Can you find powdery mildew in soil?

Although powdery mildew can be found in almost every growth zone, it prefers environments with lengthy stretches of warm, dry weather. Similar to how PM can go very out of control in our garden here on the temperate Central Coast of California if left unchecked! However, powdery mildew enjoys a little dampness as well, just like any other fungus would. The fungi are encouraged to grow by the moisture in humid air (or nighttime dew), and the spores are disseminated by the warm, dry air throughout the day.

Although they can survive or overwinter in soil, compost, mulch, or other plant waste, powdery mildew spores primarily thrive on plants. Wind, insects, water splashing, or direct contact with diseased plants are some of the ways that the spores are transferred from plant to plant (or are first brought into your garden). Powdery mildew is also more likely to grow in crowded areas, places with poor airflow, and in shade.

Light grey or white, dusty-looking patches or blotches are the hallmarks of powdery mildew. They are typically rounded, fluffy, and occasionally somewhat elevated. The telltale dots will initially be visible on the tips of plant leaves. If you look closely (or as the illness worsens), you could notice mildew on stems, the undersides of leaves, on blooms, and occasionally even on the actual fruit or vegetable. The plant looks as though it has been sprinkled with flour or powdered sugar when it has a severe case of powdery mildew. Eventually, the diseased leaves could dry out and turn yellow.

Once you are familiar with powdery mildew, identifying it is not too difficult. However, it could be mistaken for other fungi-related illnesses, like downy mildew (which causes darker spots on leaves instead). Even more, sometimes natural patterns on plant leaves might resemble mildew as well! Take a look at the illustration of our zucchini plant below, for instance. Some melons, squash, and zucchini plants naturally have white spots or variegation on their leaves, depending on the variety.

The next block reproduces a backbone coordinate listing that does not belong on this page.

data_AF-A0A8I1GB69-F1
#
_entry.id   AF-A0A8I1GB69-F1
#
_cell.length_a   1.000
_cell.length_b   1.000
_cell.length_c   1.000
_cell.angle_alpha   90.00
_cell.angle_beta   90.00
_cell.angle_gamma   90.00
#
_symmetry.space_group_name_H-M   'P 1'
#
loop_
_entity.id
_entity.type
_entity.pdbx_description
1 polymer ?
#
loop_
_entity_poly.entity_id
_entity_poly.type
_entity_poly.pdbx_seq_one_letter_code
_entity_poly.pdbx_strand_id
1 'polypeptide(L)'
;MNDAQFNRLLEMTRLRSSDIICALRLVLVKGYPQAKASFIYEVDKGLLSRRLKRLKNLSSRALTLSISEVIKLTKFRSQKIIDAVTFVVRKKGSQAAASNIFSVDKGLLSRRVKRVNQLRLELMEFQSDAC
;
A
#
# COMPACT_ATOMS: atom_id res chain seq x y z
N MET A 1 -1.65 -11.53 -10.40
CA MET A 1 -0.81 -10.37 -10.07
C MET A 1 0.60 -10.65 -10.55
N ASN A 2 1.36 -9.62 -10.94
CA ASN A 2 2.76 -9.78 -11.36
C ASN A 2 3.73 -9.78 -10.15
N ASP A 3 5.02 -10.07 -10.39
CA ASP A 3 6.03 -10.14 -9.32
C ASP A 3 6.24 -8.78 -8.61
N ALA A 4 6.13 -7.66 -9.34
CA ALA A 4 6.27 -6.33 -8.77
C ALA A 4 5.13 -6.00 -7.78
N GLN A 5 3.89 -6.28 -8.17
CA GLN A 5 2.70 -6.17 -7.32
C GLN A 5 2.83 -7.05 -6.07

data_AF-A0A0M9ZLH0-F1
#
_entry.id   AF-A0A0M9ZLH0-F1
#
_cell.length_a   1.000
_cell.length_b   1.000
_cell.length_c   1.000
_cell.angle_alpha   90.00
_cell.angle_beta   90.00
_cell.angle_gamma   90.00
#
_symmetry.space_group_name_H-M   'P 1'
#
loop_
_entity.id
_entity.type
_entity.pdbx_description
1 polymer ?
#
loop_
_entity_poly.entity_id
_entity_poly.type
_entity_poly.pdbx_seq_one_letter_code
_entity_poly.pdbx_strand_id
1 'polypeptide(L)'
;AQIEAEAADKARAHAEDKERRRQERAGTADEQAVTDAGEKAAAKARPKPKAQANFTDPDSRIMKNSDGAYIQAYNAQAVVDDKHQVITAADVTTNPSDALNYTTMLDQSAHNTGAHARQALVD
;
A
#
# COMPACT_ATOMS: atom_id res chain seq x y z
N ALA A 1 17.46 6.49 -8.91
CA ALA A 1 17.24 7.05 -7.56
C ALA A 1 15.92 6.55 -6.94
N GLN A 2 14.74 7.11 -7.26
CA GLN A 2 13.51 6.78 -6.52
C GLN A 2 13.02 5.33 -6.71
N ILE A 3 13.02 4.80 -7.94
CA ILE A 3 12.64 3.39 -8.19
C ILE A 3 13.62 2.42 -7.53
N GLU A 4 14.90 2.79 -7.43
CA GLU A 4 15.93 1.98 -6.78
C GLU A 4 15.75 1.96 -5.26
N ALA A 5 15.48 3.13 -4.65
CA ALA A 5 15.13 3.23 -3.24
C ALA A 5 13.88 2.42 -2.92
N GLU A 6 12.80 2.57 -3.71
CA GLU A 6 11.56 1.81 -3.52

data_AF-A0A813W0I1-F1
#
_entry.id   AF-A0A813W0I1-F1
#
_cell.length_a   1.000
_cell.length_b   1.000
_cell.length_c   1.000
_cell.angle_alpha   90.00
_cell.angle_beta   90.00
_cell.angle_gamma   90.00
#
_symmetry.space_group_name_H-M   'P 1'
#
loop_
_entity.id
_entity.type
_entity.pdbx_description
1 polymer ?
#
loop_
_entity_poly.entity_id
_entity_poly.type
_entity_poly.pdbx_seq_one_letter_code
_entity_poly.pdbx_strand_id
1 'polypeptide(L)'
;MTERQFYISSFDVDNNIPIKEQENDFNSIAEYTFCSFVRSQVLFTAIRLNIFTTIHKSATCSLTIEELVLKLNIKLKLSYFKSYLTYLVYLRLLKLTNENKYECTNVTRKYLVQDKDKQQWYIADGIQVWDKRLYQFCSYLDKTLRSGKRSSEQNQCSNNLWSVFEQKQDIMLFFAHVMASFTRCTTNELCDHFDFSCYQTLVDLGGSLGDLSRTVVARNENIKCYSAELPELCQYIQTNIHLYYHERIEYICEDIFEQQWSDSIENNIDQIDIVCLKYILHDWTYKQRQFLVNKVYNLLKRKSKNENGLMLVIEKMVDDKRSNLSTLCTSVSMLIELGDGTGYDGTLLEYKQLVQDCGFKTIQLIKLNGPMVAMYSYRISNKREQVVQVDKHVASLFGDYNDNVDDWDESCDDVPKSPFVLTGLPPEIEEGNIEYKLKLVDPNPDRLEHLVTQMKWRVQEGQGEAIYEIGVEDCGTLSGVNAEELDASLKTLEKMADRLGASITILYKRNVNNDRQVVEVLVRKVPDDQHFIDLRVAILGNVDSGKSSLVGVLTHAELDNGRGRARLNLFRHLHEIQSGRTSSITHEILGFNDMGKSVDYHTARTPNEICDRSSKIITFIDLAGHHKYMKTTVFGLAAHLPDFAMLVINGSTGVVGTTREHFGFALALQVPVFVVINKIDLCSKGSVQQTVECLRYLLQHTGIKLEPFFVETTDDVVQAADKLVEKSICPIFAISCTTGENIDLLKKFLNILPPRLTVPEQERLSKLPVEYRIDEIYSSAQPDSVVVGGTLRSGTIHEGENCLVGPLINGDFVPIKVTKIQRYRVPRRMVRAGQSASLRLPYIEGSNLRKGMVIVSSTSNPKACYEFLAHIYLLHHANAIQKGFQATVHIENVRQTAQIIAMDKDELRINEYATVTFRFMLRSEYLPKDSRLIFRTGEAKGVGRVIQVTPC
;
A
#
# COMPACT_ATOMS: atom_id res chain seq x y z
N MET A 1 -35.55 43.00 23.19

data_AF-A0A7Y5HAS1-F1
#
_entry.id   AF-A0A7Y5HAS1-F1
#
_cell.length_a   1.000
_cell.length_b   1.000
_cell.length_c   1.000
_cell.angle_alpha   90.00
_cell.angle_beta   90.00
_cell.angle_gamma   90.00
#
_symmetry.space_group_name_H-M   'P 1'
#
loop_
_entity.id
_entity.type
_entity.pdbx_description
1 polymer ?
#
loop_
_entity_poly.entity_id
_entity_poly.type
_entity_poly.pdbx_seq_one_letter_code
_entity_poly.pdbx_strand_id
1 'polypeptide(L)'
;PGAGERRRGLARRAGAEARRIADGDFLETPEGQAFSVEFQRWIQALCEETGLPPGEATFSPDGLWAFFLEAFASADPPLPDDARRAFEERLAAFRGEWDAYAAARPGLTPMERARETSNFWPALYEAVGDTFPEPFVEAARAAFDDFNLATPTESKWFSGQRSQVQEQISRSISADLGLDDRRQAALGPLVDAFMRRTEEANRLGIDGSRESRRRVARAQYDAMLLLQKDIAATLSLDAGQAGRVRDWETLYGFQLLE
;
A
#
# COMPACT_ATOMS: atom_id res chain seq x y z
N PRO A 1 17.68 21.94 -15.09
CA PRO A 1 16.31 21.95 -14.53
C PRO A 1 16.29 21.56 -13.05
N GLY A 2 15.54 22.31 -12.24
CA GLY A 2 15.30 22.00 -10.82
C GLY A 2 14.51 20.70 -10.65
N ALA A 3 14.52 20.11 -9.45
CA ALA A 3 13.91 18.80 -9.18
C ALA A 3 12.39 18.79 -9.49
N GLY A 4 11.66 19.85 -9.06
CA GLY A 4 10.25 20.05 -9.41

The main distinction is that a naturally occurring leaf pattern will be flat (not fuzzy or dusty) and appear more uniform, most likely “mirrored across both sides of leaf veins. Mildew spots, on the other hand, typically appear on the top and bottom sides of leaves and are much more sporadic in their distribution. In contrast to the natural leaf pattern, PM can be removed with a damp cloth or paper towel (or at least made to momentarily appear to do so).

The good news is that plants seldom die from powdery mildew. But that doesn’t imply you should ignore it just because it won’t kill you. A few little spots won’t initially do any damage to the host plant, but they can transfer spores to other plants or remain in the soil of your garden. The fungus feeds on and steals nutrients from the plant as the condition worsens, leaving it stunted or less productive.

Photosynthesis can be hampered when powdery mildew covers a substantial section of leaves. For the plant, this is essentially a slow famine. Since the plant will be producing fewer sugars as a result of a change in photosynthesis, crop flavor may also be affected. Last but not least, infections with powdery mildew stress plants, and stressed plants are more vulnerable to other illnesses or pest damage.

In general, people are not harmed by powdery mildew. It is therefore neither harmful nor poisonous. However, some people are allergic to mildews and mold and are therefore advised to proceed with caution. We have undoubtedly consumed our fair share of crops with a few mildew patches as mildew is pretty prevalent in our garden (I hate the idea of wasting food). We simply thoroughly wash the produce before eating it, but we do not eat any pieces that are seriously diseased.